Driver installation is as straightforward as usual; you just insert the appropriate disk when asked for it and point the computer to the correct location. Make sure you have your Windows CD handy for this (and later) as a lot of the networking components are not installed by the initial Windows setup procedure, and will need to be added now.
Once the drivers are installed, Windows will ask you to reboot. Do so, then when you have powered up immediately go to the Control Panel and select the Network applet. Scan the list of installed components - you should have TCP/IP tied to both your Dial-up Adapter and the network card.
Some older games will require the IPX protocol to be installed for them to work over a LAN, although for most modern games and simple file sharing and the like, TCP/IP is enough. If you do need to install the other components, click on "Add" and select "Protocols", then click on the "Microsoft" selection in the left-hand pane and select "IPX".
Now you have installed all the necessary drivers and protocols, it's time to set up your network. Without leaving the network config applet, click on the Identification tab at the top and then enter an appropriate name for your Workgroup.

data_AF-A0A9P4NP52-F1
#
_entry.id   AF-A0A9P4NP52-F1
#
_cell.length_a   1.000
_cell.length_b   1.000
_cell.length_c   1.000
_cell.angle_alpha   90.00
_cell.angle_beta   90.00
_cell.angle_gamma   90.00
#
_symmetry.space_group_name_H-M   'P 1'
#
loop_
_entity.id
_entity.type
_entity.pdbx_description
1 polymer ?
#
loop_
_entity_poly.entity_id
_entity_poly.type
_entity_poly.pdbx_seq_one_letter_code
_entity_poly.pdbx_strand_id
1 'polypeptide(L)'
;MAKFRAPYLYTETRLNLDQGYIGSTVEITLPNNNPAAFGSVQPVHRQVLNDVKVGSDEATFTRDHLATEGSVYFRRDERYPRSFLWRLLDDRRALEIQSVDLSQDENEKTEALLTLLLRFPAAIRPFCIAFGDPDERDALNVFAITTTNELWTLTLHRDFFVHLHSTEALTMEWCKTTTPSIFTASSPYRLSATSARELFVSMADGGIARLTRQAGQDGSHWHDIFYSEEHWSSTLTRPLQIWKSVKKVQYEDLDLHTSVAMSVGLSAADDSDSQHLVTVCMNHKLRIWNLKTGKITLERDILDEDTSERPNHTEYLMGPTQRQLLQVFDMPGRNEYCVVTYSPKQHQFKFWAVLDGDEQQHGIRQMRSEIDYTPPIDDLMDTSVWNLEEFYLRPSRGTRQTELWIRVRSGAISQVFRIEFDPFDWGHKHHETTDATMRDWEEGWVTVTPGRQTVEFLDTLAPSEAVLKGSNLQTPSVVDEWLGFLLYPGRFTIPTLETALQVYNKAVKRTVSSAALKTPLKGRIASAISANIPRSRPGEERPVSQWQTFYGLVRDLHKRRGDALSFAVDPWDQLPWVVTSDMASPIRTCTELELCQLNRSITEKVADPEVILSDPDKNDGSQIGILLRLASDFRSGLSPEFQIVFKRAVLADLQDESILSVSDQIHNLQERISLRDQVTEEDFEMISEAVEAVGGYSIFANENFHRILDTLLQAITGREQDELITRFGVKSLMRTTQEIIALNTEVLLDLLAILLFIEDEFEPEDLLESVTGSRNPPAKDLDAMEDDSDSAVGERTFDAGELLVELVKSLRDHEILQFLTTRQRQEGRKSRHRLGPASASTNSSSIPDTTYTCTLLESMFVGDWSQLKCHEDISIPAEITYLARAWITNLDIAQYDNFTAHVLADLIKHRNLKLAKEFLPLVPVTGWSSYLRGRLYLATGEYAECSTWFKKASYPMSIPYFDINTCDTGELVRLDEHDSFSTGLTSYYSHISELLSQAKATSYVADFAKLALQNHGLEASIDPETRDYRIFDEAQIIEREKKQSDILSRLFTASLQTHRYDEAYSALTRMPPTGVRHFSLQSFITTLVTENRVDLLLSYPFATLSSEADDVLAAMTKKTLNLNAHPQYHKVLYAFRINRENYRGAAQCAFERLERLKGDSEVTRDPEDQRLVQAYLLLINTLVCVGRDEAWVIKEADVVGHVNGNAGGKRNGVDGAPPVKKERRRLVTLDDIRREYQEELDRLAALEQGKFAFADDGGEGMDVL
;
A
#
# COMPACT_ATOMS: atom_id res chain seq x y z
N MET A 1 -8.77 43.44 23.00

Most people stick with the default "Workgroup", but you can choose whatever you like. Select a name and description for your PC, preferably something fairly sensible so that you can tell which computer is which once your network is up and running.
Now, go back to the main tab, select TCP/IP, and click on the Properties button. Under the IP Address tab, enter "10.1.1.100" as your IP address. The actual number is largely academic, as long as each computer on your network has a different address. The "Subnet Mask" should be set to "255.255.255.0". Now click OK.
In the main network applet, click on File And Print Sharing beneath the main scroll-list of protocols. Check both boxes that pop up, click OK, and then click OK again in the main applet. Your PC will now install some things from the Windows CD and then ask you to reboot. Once it has done that, your PC should be set up to access the network!
Repeat the above installation procedure on any other machines you will be including on the network, but number them sequentially (10.1.1.101, .102, .103, etc) so that each PC has an unique address. Once your PCs are all happily up and running with the new network cards, just plug them all into the Hub (or connect them together with a crossover cable if you only have two computers) and you should be away.
Getting It Going
Once you have completed the above steps, you will see a new Sharing tab whenever you right-click on a folder and select Properties. By setting something to share, you allow other people on the network to access it. If you select Full rights, people can read and write to that directory, otherwise people may only read from it.